Recommended Local Actions for the Week of 20170227
ACT TODAY: Support SB5501/HB1663 (Funding for Toxic Pollution Prevention and Cleanup)
Call or submit comment online to express your support for these important bills which will stabilize funding for preventing and controlling pollution and cleaning up toxic sites, including the Bellingham waterfront.
Funding to support toxics cleanup, as well as pollution prevention, in Washington state comes from a tax on hazardous substances – mostly petroleum products. With the drop in oil prices in recent years, there has been a significant shortfall in revenue to support cleanup. These bills will help stabilize funding by applying a modest surtax on hazardous substances when annual revenues fall below $160M.
The voter-approved Model Toxics Control Act (MTCA) has proven to be an effective means to clean up toxic waste sites, prevent toxic chemical pollution, and support communities to address toxics pollution threats. However, the state has lost an estimated $375 million in MTCA funding over the last three years, and the tax must be stabilized to keep Washington on track in reducing harmful pollution.
Thankfully, the legislature is considering HB 1663/SB 5501, which would:
- Stabilize funding for cleaning up toxic sites, preventing and controlling pollution, and ensuring communities have a voice in reducing threats from toxic pollution.
- Apply a modest and temporary surcharge on the state hazardous substance tax, which would generate an estimated $50 million over the next two years and help address a $70 million budget shortfall.
- Allow for more predictability in the state budget process and provides reliability for local communities that depend on these dollars to improve public health and the environment.
- Help maintain funding for critical state environmental programs that benefit all corners of the state.
I urge you to support HB 1663/SB 5501 so we can protect our communities from risks we face today and keep us safe for years to come. Thank you for considering my comments, and I look forward to your response.
- More information on SB5501/HB1663 “Concerning imposing a surtax on the possession of hazardous substances”
Comment in Support of Extending Solar Incentives
Seen all the solar panels popping up on local roofs lately? This phenomena is due largely to a three-pronged state/federal incentive program which provides tax credit, banking of excess production, and production payments which are much higher if you buy Washington-made equipment. The state incentives that began several years ago will expire in June of 2020. All along, the idea has been that legislators would revise the program based on experiences and then introduce new legislation to extend it with improvements. Unfortunately, they have failed in at least a couple of attempts to do so, and now we are staring down the expiration of incentives in 3 years. In my amateur reading, the new legislation steps down production payments, changes the requirements around community solar installations, removes the requirement of owning the building and land, changes the funding cap, and a few more administrative details.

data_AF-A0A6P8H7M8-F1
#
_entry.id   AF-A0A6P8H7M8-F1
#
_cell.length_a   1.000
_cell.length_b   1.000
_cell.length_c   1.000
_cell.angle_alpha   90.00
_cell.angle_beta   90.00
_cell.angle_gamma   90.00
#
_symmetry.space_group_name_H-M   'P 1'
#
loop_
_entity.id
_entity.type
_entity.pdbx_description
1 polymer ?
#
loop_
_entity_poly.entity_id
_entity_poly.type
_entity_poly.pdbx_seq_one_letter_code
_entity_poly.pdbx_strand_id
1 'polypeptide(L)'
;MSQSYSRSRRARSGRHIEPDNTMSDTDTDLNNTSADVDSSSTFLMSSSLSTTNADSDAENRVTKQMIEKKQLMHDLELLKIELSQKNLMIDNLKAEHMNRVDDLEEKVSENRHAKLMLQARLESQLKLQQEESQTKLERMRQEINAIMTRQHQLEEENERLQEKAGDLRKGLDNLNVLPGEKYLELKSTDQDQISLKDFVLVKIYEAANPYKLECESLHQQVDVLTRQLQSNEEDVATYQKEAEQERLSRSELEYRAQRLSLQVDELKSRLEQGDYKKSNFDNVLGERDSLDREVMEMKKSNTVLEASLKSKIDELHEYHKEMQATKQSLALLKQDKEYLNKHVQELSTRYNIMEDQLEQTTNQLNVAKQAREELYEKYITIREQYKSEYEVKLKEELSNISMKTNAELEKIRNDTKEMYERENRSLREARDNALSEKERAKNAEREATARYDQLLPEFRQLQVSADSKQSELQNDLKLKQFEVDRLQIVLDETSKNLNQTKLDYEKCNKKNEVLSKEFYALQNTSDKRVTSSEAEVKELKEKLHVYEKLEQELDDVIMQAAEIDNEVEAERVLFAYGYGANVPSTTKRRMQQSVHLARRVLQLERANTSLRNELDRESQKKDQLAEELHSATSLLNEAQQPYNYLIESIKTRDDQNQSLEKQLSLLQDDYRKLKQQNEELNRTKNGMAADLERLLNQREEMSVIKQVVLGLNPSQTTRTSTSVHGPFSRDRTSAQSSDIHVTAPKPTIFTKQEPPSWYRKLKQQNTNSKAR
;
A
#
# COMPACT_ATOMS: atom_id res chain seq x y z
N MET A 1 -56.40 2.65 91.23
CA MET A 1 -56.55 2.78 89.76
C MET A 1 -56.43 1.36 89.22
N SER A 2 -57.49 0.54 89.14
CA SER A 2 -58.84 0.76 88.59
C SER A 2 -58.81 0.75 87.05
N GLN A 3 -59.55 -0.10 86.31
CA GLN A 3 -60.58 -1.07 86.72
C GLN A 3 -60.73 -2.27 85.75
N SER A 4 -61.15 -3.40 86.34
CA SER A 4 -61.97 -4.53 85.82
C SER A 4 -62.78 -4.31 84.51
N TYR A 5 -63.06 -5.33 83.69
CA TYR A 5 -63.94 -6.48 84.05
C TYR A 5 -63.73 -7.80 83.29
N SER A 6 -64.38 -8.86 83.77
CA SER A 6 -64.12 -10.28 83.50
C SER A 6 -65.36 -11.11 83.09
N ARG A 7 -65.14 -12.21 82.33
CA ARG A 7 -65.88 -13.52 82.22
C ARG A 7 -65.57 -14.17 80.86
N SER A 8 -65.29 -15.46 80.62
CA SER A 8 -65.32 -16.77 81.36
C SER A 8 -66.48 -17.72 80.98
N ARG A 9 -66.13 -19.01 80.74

Attend the Recall Hearing for Senator Doug Ericksen
Thursday, March 2nd at 8:30am, Whatcom County Superior Court. We will provide further guidance later this week. Please refer to our post on this for updates.
Thank Jay Inslee for Executive Order on Immigration
It’s that time of the week again, time to call Jay Inslee and say thanks. Washington will not participate in civil immigration raids. Read about it in the Seattle Times and the Stranger.
From the Calendar
Monday 27 Feb, 6pm, Candlelight vigil – Immigration enforcement
Monday 27 Feb, 7pm (but come at 6:15 for trading cards), Family Council Night at Bellingham City Council meeting
Saturday 4 March, 3-5pm, Riveters Collective Meeting and Social
SAVE THE DATE: 3/7/17, 6pm. Whatcom County Council Special Presentation on the Hirst Decision.
In the Hirst decision, the Court ruled that Whatcom County, in issuing building permits with permit-exempt wells as water source, failed to comply with GMA requirements in protecting water resources. Whatcom County Council has scheduled a special presentation on the issue at their 3/7 meeting, where they will show a 20-minute video, ask questions of state and local water experts, and hold a public hearing on a proposed interim ordinance. More information here.